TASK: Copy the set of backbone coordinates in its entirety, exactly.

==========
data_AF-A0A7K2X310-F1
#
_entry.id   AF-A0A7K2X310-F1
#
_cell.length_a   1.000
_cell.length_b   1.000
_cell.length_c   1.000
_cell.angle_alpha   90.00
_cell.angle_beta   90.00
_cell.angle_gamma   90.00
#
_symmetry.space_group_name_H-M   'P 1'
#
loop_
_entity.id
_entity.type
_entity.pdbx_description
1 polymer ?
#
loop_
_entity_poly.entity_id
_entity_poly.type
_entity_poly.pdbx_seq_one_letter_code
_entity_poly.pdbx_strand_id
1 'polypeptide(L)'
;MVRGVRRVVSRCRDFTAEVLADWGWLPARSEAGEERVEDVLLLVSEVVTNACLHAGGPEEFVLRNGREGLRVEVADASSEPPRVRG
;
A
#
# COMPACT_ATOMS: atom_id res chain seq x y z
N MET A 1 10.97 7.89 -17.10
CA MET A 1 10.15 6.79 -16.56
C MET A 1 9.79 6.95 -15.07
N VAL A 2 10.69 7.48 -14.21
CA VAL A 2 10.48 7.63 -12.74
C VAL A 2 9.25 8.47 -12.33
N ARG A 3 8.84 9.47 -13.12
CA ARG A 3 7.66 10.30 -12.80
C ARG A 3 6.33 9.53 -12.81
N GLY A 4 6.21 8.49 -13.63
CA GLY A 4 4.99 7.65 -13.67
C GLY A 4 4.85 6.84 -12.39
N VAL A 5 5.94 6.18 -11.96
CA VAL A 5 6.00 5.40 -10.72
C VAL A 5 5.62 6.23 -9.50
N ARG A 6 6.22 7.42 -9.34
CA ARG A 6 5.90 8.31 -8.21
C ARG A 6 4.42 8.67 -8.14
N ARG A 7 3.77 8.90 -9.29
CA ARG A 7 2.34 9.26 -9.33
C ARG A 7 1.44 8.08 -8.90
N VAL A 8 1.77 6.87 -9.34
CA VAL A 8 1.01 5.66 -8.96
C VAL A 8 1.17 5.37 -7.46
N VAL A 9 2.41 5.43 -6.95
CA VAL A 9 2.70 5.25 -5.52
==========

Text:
data_AF-A0A7K2X310-F1
#
_entry.id   AF-A0A7K2X310-F1
#
_cell.length_a   1.000
_cell.length_b   1.000
_cell.length_c   1.000
_cell.angle_alpha   90.00
_cell.angle_beta   90.00
_cell.angle_gamma   90.00
#
_symmetry.space_group_name_H-M   'P 1'
#
loop_
_entity.id
_entity.type
_entity.pdbx_description
1 polymer ?
#
loop_
_entity_poly.entity_id
_entity_poly.type
_entity_poly.pdbx_seq_one_letter_code
_entity_poly.pdbx_strand_id
1 'polypeptide(L)'
;MVRGVRRVVSRCRDFTAEVLADWGWLPARSEAGEERVEDVLLLVSEVVTNACLHAGGPEEFVLRNGREGLRVEVADASSEPPRVRG
;
A
#
# COMPACT_ATOMS: atom_id res chain seq x y z
N MET A 1 10.97 7.89 -17.10
CA MET A 1 10.15 6.79 -16.56
C MET A 1 9.79 6.95 -15.07
N VAL A 2 10.69 7.48 -14.21
CA VAL A 2 10.48 7.63 -12.74
C VAL A 2 9.25 8.47 -12.33
N ARG A 3 8.84 9.47 -13.12
CA ARG A 3 7.66 10.30 -12.80
C ARG A 3 6.33 9.53 -12.81
N GLY A 4 6.21 8.49 -13.63
CA GLY A 4 4.99 7.65 -13.67
C GLY A 4 4.85 6.84 -12.39
N VAL A 5 5.94 6.18 -11.96
CA VAL A 5 6.00 5.40 -10.72
C VAL A 5 5.62 6.23 -9.50
N ARG A 6 6.22 7.42 -9.34
CA ARG A 6 5.90 8.31 -8.21
C ARG A 6 4.42 8.67 -8.14
N ARG A 7 3.77 8.90 -9.29
CA ARG A 7 2.34 9.26 -9.33
C ARG A 7 1.44 8.08 -8.90
N VAL A 8 1.77 6.87 -9.34
CA VAL A 8 1.01 5.66 -8.96
C VAL A 8 1.17 5.37 -7.46
N VAL A 9 2.41 5.43 -6.95
CA VAL A 9 2.70 5.25 -5.52